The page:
The way we were: out in the cold…
It’s no secret that the past few years have been especially tough for the manufacturing sector in the UK: fiscal austerity, steadily declining exports and the outsourcing of skilled jobs, mainly to the Far East, have taken their toll. As recently as February, data from the Office for National Statistics (ONS) revealed that Britain’s goods exports have shrunk to £23.5bn, their lowest level since November 2010. This three-and-a-half year low was a particular blow to the Government, which was hoping to see the UK economy edge away from its reliance on consumer spending.
Alongside the recent downturn, the industry has lingered under the widespread perception of terminal decline. Back in the 1950s, manufacturing in the UK employed 40 per cent of the workforce and accounted for a quarter of world manufacturing exports; these days, it employs a more modest 8 per cent and makes up just 11 per cent of GDP.
On the surface, these statistics make for rather gloomy reading but, if the manufacturing sector has proved anything over the years, it is how resilient it is. The industry survived crises in 1973, 1982 and 1991 and, while 2014 will continue to pose challenges, there are reasons to be optimistic as the sector continues to adapt and thrive.
Things are hotting up: optimism is in the air
In spite of the challenges faced by the industry, the UK is still the 11th largest manufacturing nation in the world and the sector remains vital to the economy. According to the latest figures from the ONS, manufacturing in the UK employs 2.6 million people with the average wage coming in at a healthy £30,000. That’s higher than the rest of the economy as a whole.
And that’s not all: the latest figures from a Confederation of British Industry (CBI) trends survey indicate that manufacturers are at their most optimistic about the future since Edward Heath’s government in 1973. It reports that 41 per cent of companies are more hopeful about the general business situation than three months ago with domestic and export order books beginning to show signs of rapid growth. In fact, the figures show the highest number of companies reporting an increase in orders since 1995. Commenting on the report, the CBI’s chief policy director, Katja Hall, says: “Our industrial base is seizing a bigger role in the UK’s economic recovery, with output, orders and hiring all on the up.”
Crucially, the report finds that the sector as a whole is remarkably upbeat about the prospects for the next quarter, with companies feeling more confident about investing in plant and machinery, product and process innovation as well as training.
This bourgeoning optimism is further backed up by ONS figures, with manufacturing output jumping by a more-than-expected 1 per cent - its highest level in more than two-and-a-half years, and 3.8 per cent higher than this time last year.
With confidence in the future at a 40-year high, it seems that manufacturers are also daring to hope for a turnaround in their export opportunities. The latest Business Trends Survey from the EEF shows that manufacturers’ expectations of future export orders have reached a record high, demonstrating the determination of the industry to thrive despite recent setbacks.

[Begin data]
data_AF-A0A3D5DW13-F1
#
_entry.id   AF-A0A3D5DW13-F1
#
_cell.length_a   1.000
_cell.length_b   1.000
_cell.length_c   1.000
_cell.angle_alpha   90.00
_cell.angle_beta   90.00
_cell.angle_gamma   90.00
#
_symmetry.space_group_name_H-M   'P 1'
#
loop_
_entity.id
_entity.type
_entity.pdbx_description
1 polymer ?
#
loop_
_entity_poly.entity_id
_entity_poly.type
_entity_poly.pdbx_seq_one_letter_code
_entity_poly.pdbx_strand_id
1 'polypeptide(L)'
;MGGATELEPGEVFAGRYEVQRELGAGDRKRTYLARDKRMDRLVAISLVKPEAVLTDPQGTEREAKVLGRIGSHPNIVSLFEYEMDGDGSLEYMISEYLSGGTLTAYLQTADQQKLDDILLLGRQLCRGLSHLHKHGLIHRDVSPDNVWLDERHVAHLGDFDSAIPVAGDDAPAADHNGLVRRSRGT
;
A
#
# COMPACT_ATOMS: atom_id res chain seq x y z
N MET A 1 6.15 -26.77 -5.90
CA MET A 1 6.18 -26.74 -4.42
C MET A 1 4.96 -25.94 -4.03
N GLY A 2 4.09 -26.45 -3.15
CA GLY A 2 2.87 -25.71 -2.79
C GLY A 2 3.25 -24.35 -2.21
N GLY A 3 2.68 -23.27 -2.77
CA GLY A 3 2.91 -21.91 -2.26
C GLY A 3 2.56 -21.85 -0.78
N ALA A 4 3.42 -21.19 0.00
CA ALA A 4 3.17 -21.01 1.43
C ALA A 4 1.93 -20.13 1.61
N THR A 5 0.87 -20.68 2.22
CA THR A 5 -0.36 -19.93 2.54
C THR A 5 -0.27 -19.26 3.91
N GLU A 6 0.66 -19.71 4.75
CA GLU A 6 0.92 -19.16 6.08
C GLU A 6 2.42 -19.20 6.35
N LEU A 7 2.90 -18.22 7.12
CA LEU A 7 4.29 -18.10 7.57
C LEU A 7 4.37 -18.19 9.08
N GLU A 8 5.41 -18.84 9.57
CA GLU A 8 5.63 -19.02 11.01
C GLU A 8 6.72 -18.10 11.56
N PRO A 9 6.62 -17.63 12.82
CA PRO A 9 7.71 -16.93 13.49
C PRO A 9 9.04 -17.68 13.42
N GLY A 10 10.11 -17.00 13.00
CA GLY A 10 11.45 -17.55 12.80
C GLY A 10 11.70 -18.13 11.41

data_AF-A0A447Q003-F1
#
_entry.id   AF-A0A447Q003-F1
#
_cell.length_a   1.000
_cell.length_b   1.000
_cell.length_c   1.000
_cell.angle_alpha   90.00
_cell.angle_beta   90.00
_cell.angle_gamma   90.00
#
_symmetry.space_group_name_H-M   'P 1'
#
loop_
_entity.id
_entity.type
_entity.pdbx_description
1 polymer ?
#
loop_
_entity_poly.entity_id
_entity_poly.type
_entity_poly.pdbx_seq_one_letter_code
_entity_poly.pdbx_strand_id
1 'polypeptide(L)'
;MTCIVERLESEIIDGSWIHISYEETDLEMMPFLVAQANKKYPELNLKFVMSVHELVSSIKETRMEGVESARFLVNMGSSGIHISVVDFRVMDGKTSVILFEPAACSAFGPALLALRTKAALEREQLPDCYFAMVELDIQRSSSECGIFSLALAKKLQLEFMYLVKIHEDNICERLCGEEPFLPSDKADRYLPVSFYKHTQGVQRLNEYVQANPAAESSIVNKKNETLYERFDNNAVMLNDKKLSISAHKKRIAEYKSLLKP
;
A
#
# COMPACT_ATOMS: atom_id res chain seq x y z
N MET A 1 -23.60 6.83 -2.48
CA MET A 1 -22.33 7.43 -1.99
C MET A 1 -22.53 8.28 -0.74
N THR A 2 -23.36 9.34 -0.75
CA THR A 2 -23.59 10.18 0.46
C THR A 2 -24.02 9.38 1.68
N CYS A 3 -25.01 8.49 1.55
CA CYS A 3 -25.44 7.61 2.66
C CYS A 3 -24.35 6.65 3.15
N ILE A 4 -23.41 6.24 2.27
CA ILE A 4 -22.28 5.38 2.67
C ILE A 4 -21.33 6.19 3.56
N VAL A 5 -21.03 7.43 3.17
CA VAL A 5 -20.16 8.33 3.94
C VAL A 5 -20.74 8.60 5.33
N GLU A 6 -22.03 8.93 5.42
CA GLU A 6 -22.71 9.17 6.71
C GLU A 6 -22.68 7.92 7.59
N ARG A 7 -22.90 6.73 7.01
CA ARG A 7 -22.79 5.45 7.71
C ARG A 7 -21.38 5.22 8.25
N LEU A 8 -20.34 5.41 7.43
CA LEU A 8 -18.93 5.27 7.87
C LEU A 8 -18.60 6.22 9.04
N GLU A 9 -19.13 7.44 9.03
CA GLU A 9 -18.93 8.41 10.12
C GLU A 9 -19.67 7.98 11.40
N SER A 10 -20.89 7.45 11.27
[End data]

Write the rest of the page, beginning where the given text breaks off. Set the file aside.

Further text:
What’s more, this optimism and appetite for growth isn’t confined to big players such as the UK’s resurgent car industry: the latest Barometer Survey by the Manufacturing Advisory Service (MAS) finds that confidence in the economic recovery is gathering pace among manufacturing SMEs as well. Encouragingly, the MAS survey finds that such companies are planning millions of pounds of investment between now and 2015 in the clearest sign yet that the manufacturing renaissance could be here to stay.
Sowing the seeds of change – how manufacturing SMEs should embrace optimism
There is little doubt that a thriving – not just surviving – manufacturing industry is key to the UK’s continued economic recovery. But what can manufacturing SMEs do to capitalise on the growing optimism within the sector?
As with all manufacturing companies, growth, innovation and a robust strategy are the cornerstones to success and this is especially true for SMEs. Financing has been notoriously difficult during the downturn and relationships with the banking sector are still a work in progress. But if manufacturing SMEs are to take advantage of new opportunities and grow their businesses, they must continue to invest so that they are prepared to compete on the world stage.
According to the EEF, six in 10 manufacturers plan to increase their training budgets in the next two years and the MAS report confirms that more than half manufacturing SMEs intend to take on more staff.
This kind of grass-roots investment is vital if SMEs are to fulfill their expansion potential, not only by continuing to grow their export markets within the EU, but also further afield. A recent report by the Federation of Small Businesses (FSB) shows that more small firms than ever are planning to export, with a quarter of FSB members anticipating an increase in exports in the next three months.
Exporting to EU member states is relatively simple, but manufacturers must increase their reach to foreign markets if they wish to maximise growth. FSB national chairman John Allan says: “The UK’s export strategy must focus on matching a company’s export potential to the right overseas market. The majority of our members still export to the eurozone, but are increasingly looking to other dynamic markets such as China for opportunities.”
A challenge? Yes. But manufacturers are better placed than ever to be optimistic about their future and, for the first time in a while, it’s looking rather bright.